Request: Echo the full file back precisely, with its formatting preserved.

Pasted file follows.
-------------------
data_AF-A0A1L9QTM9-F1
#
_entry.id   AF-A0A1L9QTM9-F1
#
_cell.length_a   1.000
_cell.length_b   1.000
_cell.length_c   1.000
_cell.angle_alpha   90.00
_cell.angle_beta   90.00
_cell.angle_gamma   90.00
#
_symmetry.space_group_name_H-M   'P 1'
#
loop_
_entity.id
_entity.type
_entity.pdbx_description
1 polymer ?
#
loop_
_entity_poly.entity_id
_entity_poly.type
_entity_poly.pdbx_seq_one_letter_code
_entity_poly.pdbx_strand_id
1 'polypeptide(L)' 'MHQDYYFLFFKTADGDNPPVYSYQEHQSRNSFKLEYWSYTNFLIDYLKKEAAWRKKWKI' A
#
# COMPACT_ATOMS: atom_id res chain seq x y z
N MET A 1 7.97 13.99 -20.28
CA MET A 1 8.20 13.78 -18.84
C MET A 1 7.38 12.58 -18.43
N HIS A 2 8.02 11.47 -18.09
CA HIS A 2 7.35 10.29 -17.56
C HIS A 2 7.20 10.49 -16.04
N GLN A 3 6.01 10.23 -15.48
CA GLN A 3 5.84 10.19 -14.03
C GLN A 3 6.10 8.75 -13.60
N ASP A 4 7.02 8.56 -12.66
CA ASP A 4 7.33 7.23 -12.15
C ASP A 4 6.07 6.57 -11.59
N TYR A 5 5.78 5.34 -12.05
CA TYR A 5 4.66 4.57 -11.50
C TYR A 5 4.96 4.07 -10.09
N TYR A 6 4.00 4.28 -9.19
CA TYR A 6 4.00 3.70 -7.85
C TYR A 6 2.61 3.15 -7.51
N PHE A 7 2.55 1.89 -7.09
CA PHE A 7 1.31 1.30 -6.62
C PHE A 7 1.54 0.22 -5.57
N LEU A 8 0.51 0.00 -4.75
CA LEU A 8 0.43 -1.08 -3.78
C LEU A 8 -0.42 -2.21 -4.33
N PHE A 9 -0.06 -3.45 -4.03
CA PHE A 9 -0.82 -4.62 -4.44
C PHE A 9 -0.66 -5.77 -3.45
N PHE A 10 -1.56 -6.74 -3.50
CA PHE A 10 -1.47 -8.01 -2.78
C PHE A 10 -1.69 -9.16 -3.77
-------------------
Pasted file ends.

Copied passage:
data_AF-A0A1L9QTM9-F1
#
_entry.id   AF-A0A1L9QTM9-F1
#
_cell.length_a   1.000
_cell.length_b   1.000
_cell.length_c   1.000
_cell.angle_alpha   90.00
_cell.angle_beta   90.00
_cell.angle_gamma   90.00
#
_symmetry.space_group_name_H-M   'P 1'
#
loop_
_entity.id
_entity.type
_entity.pdbx_description
1 polymer ?
#
loop_
_entity_poly.entity_id
_entity_poly.type
_entity_poly.pdbx_seq_one_letter_code
_entity_poly.pdbx_strand_id
1 'polypeptide(L)' 'MHQDYYFLFFKTADGDNPPVYSYQEHQSRNSFKLEYWSYTNFLIDYLKKEAAWRKKWKI' A
#
# COMPACT_ATOMS: atom_id res chain seq x y z
N MET A 1 7.97 13.99 -20.28
CA MET A 1 8.20 13.78 -18.84
C MET A 1 7.38 12.58 -18.43
N HIS A 2 8.02 11.47 -18.09
CA HIS A 2 7.35 10.29 -17.56
C HIS A 2 7.20 10.49 -16.04
N GLN A 3 6.01 10.23 -15.48
CA GLN A 3 5.84 10.19 -14.03
C GLN A 3 6.10 8.75 -13.60
N ASP A 4 7.02 8.56 -12.66
CA ASP A 4 7.33 7.23 -12.15
C ASP A 4 6.07 6.57 -11.59
N TYR A 5 5.78 5.34 -12.05
CA TYR A 5 4.66 4.57 -11.50
C TYR A 5 4.96 4.07 -10.09
N TYR A 6 4.00 4.28 -9.19
CA TYR A 6 4.00 3.70 -7.85
C TYR A 6 2.61 3.15 -7.51
N PHE A 7 2.55 1.89 -7.09
CA PHE A 7 1.31 1.30 -6.62
C PHE A 7 1.54 0.22 -5.57
N LEU A 8 0.51 0.00 -4.75
CA LEU A 8 0.43 -1.08 -3.78
C LEU A 8 -0.42 -2.21 -4.33
N PHE A 9 -0.06 -3.45 -4.03
CA PHE A 9 -0.82 -4.62 -4.44
C PHE A 9 -0.66 -5.77 -3.45
N PHE A 10 -1.56 -6.74 -3.50
CA PHE A 10 -1.47 -8.01 -2.78
C PHE A 10 -1.69 -9.16 -3.77